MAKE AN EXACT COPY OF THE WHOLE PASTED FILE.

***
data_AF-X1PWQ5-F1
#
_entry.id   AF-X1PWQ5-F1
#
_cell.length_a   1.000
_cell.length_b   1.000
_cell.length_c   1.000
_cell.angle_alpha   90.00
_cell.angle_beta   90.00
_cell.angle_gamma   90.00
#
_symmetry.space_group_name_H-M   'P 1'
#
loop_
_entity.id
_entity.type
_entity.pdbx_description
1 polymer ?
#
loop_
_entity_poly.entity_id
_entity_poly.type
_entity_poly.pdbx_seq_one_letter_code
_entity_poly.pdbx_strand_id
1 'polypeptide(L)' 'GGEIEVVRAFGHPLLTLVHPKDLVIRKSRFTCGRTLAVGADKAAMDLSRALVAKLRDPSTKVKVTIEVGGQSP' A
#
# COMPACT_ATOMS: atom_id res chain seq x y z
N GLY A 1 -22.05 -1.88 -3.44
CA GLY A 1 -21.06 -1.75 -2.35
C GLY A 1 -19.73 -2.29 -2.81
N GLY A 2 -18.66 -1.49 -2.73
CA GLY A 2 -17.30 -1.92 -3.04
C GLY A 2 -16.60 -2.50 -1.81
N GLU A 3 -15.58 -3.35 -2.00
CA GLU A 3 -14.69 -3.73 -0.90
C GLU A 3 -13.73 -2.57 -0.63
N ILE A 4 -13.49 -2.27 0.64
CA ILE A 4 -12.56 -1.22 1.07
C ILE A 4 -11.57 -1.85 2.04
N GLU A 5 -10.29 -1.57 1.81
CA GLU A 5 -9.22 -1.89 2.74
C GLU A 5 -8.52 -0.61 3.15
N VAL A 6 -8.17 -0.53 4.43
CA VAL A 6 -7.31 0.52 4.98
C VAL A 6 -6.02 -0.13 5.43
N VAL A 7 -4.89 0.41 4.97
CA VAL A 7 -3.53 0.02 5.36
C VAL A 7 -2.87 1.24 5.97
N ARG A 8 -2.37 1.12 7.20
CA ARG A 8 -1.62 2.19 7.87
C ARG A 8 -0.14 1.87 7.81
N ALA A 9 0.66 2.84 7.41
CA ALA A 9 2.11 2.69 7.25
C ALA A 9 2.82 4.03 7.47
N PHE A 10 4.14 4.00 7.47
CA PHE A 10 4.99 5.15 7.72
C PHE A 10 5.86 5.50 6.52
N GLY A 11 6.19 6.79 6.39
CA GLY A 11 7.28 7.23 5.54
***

data_AF-X1PWQ5-F1
#
_entry.id   AF-X1PWQ5-F1
#
_cell.length_a   1.000
_cell.length_b   1.000
_cell.length_c   1.000
_cell.angle_alpha   90.00
_cell.angle_beta   90.00
_cell.angle_gamma   90.00
#
_symmetry.space_group_name_H-M   'P 1'
#
loop_
_entity.id
_entity.type
_entity.pdbx_description
1 polymer ?
#
loop_
_entity_poly.entity_id
_entity_poly.type
_entity_poly.pdbx_seq_one_letter_code
_entity_poly.pdbx_strand_id
1 'polypeptide(L)' 'GGEIEVVRAFGHPLLTLVHPKDLVIRKSRFTCGRTLAVGADKAAMDLSRALVAKLRDPSTKVKVTIEVGGQSP' A
#
# COMPACT_ATOMS: atom_id res chain seq x y z
N GLY A 1 -22.05 -1.88 -3.44
CA GLY A 1 -21.06 -1.75 -2.35
C GLY A 1 -19.73 -2.29 -2.81
N GLY A 2 -18.66 -1.49 -2.73
CA GLY A 2 -17.30 -1.92 -3.04
C GLY A 2 -16.60 -2.50 -1.81
N GLU A 3 -15.58 -3.35 -2.00
CA GLU A 3 -14.69 -3.73 -0.90
C GLU A 3 -13.73 -2.57 -0.63
N ILE A 4 -13.49 -2.27 0.64
CA ILE A 4 -12.56 -1.22 1.07
C ILE A 4 -11.57 -1.85 2.04
N GLU A 5 -10.29 -1.57 1.81
CA GLU A 5 -9.22 -1.89 2.74
C GLU A 5 -8.52 -0.61 3.15
N VAL A 6 -8.17 -0.53 4.43
CA VAL A 6 -7.31 0.52 4.98
C VAL A 6 -6.02 -0.13 5.43
N VAL A 7 -4.89 0.41 4.97
CA VAL A 7 -3.53 0.02 5.36
C VAL A 7 -2.87 1.24 5.97
N ARG A 8 -2.37 1.12 7.20
CA ARG A 8 -1.62 2.19 7.87
C ARG A 8 -0.14 1.87 7.81
N ALA A 9 0.66 2.84 7.41
CA ALA A 9 2.11 2.69 7.25
C ALA A 9 2.82 4.03 7.47
N PHE A 10 4.14 4.00 7.47
CA PHE A 10 4.99 5.15 7.72
C PHE A 10 5.86 5.50 6.52
N GLY A 11 6.19 6.79 6.39
CA GLY A 11 7.28 7.23 5.54